I think before we can ask the question of where photography is going in the future, we first have to ask where has it already gone in the last 15 years?

Ever since the digital photography revolution started at the turn of the century, the definition of what we actually refer to as photography has been changing a lot. In fact, what we used to simply refer to as digital art or graphics can now be defined as photography, that is if the final image simply started with a photograph.

Film has also nearly vanished from everyday photographic use in a period of decline that started less than 10 years ago and more than 50% of the general population is now capturing many of their photographs these days with nothing more than a simple Smartphone camera.

So where does this put things now? Pictures at present have less emphasis placed on how they originated and more emphasis on how they appear after being processed. Plus, the total amount of photos now being shot everyday is historically more than ever before.

In the year 2012, ten percent of all of the photographs taken in the entire history of the camera were captured within that one year alone – an astounding figure. Facebook has had over 250 billion photos uploaded since its inception 10 years ago with an average of about 350 million new photos being uploaded to Facebook each and every day. This is in part related to the ease of snapping pictures using cell phone camera technology, which some people feel is the death of photography, but the fact is the world is engaged with communicating through expressive impromptu pictures even if they sometimes lack pixel quality, technical perfection or a definitive point of interest. In these cases, sometimes the immediacy of seeing a visual image of something in real time is more important to people than what the picture actually offers aesthetically.

Nonetheless, a great photograph will rise above all other photos no matter how many snaps there are at hand or what equipment the image was captured with.

So where is all this going to take us in the future? And where will it eventually stop?

It looks like photography is never going to stop evolving and the border has certainly been expanded to where it seems there are no limits anymore as to what people will accept as a perceived 2 dimensional image of reality. Aside from this, there are some truly identifiable trends which give us an indication of where things are headed.

What is evident is that the everyday photographer these days wants a small electronic device he can quickly pull out of his pocket, is ready to start shooting at the click of a button, and is able to snap something on the go. Today’s general use photographer then wants a medium in cyberspace which will assist him in sharing his digitally captured moment with the world instantly by helping him to upload that image simultaneously to a multiple of interconnected digital platforms where he has his own individual cyber presence.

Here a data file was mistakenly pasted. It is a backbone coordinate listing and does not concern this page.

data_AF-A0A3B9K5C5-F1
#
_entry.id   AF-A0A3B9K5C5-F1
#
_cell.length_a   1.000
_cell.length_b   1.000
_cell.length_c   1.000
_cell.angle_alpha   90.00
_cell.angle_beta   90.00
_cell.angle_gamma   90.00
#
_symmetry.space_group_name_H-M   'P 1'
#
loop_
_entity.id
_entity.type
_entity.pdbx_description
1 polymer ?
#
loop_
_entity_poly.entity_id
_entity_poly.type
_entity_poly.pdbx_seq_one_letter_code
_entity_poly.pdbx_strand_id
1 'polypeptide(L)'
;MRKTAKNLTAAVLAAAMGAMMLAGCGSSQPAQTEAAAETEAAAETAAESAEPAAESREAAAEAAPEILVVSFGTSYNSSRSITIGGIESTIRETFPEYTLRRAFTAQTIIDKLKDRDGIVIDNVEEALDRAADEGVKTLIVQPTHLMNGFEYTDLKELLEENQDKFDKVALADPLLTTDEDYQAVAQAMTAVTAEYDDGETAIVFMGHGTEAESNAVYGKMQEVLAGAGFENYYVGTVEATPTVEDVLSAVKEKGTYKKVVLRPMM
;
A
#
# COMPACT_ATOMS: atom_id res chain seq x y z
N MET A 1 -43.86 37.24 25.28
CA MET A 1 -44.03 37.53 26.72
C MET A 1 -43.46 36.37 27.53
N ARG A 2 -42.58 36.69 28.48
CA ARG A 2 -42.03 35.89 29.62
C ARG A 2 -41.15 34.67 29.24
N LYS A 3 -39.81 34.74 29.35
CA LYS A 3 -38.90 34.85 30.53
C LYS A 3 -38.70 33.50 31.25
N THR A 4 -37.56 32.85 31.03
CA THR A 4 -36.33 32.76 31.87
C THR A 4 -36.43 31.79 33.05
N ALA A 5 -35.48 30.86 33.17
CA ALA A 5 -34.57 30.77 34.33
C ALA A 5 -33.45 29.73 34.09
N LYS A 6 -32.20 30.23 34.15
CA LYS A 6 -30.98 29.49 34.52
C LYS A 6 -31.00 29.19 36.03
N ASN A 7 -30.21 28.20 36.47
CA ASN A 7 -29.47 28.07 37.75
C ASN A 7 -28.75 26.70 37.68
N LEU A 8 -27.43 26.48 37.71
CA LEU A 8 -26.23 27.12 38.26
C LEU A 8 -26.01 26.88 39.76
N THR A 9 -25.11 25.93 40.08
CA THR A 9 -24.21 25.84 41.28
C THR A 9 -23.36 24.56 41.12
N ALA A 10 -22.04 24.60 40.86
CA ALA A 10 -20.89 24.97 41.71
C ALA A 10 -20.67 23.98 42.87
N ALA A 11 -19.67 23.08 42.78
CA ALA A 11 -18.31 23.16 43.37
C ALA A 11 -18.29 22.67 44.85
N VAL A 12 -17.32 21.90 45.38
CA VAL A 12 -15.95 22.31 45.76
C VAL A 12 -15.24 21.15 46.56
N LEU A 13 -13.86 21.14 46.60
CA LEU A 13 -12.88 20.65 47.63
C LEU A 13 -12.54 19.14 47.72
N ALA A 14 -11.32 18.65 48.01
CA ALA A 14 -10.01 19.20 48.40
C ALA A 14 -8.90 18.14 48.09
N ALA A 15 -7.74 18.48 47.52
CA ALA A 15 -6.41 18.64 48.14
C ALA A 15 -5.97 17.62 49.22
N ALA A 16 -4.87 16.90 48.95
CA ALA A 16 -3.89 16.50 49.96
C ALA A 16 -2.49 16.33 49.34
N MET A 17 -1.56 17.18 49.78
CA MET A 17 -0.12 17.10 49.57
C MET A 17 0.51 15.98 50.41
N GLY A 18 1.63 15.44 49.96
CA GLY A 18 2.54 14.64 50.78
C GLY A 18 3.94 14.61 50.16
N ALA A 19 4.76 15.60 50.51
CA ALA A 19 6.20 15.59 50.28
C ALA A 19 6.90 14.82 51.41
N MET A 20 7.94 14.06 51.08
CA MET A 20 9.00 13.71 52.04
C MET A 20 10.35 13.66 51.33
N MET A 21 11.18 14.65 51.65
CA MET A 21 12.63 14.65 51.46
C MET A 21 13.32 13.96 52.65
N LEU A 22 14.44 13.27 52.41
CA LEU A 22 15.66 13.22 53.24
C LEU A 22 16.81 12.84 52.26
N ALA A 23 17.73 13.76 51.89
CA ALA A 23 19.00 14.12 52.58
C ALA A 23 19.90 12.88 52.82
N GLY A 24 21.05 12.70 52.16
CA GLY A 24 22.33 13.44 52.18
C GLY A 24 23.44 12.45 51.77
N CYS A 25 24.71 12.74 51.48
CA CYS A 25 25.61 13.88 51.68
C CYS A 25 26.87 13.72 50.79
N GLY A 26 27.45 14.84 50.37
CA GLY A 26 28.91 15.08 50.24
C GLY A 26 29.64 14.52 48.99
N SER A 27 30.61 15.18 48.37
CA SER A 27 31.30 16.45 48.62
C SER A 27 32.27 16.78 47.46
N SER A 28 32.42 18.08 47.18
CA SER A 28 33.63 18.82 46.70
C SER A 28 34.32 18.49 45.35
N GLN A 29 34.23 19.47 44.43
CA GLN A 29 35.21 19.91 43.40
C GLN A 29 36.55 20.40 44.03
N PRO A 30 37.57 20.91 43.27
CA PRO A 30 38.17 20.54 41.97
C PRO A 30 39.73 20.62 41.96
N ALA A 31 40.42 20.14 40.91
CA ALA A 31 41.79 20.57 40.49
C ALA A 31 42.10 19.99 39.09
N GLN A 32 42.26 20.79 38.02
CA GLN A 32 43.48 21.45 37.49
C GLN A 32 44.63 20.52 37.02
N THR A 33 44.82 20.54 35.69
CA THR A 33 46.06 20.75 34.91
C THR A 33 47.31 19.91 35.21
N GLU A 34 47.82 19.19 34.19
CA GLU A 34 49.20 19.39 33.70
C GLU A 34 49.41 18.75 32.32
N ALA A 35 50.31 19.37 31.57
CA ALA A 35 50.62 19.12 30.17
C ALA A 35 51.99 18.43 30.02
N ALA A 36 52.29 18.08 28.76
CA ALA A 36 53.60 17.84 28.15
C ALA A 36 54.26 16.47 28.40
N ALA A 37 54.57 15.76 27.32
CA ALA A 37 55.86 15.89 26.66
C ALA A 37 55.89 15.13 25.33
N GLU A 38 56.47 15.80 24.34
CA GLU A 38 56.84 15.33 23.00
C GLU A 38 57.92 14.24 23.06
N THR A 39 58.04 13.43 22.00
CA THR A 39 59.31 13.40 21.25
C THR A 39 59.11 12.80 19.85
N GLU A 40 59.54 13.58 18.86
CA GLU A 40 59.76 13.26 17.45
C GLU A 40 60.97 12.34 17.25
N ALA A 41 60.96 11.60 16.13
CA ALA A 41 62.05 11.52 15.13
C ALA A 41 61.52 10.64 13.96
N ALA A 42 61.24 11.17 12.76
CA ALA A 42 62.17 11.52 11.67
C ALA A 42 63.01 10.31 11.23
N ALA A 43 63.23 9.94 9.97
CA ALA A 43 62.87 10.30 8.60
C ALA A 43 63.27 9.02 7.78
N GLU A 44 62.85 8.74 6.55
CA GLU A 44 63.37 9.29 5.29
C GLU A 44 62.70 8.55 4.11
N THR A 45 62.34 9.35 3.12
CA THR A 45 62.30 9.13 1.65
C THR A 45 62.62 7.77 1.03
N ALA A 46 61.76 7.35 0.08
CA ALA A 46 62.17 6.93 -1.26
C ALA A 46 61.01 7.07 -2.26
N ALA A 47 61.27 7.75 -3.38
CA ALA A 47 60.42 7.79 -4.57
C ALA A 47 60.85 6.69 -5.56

To this end, the future will entail digital imaging devices which are more like Smartphones than cameras. Let’s call them smart-cameras for now.

So far, Samsung has come the closest in this new genre with their recently released Android based line of NX pocket-sized point-and-shoot and larger sized mirrorless digital cameras with interchangeable lenses. These new smartcameras offer a full menu of apps that also allow the user to manipulate the photo in the camera and then link the camera to the internet to upload the pictures instantly via built in WiFi and/or wireless 3G data technology to a variety of the user’s favorite social media sites.


Purist photographers will still try and fight against the way in which photography is now evolving. And while the new digital-age photographer used to have to argue that their digitally manipulated artwork really is photography, now the debate seems to have already nearly ended. The analog dark room purists have been left behind and the masses have begun to embrace the new form of digital art maker, come photographer.

If you look at one of the most artistic photo sharing sites at the moment, 500px.com, it shows a boundless arena where the world is heavily embracing this new digital art form and is now willing to accept all forms of manipulated digital photos as photography.

It used to be that people would be concerned with how much of the image was real and how much was digital manipulation, with a tolerance level previously hovering around the 10-20% threshold on manipulation. But nowadays this question is not posed so often anymore. And it appears there is already less concern about how much processing is too much, with the question having become more focused on if you like what the artist has done with his original photo or not.

People simply want beautiful pictures to look at, ones that appeal to the senses, and images that evoke emotions rather than to sit around and debate about whether the final product is still considered a true photograph or not.

I think it is hard to entirely predict which of the current trends in play in photography will continue to be embraced in another 10 years from now, that with photographic technology being developed and changing more quickly than ever before. But I think the simple answer is that in the future world of photography people will still want to see beautiful images, perhaps less questions will be asked about how they were achieved, and the shooters who are able to deliver eye catching pictures again and again will survive all other photographic revolutions still to come.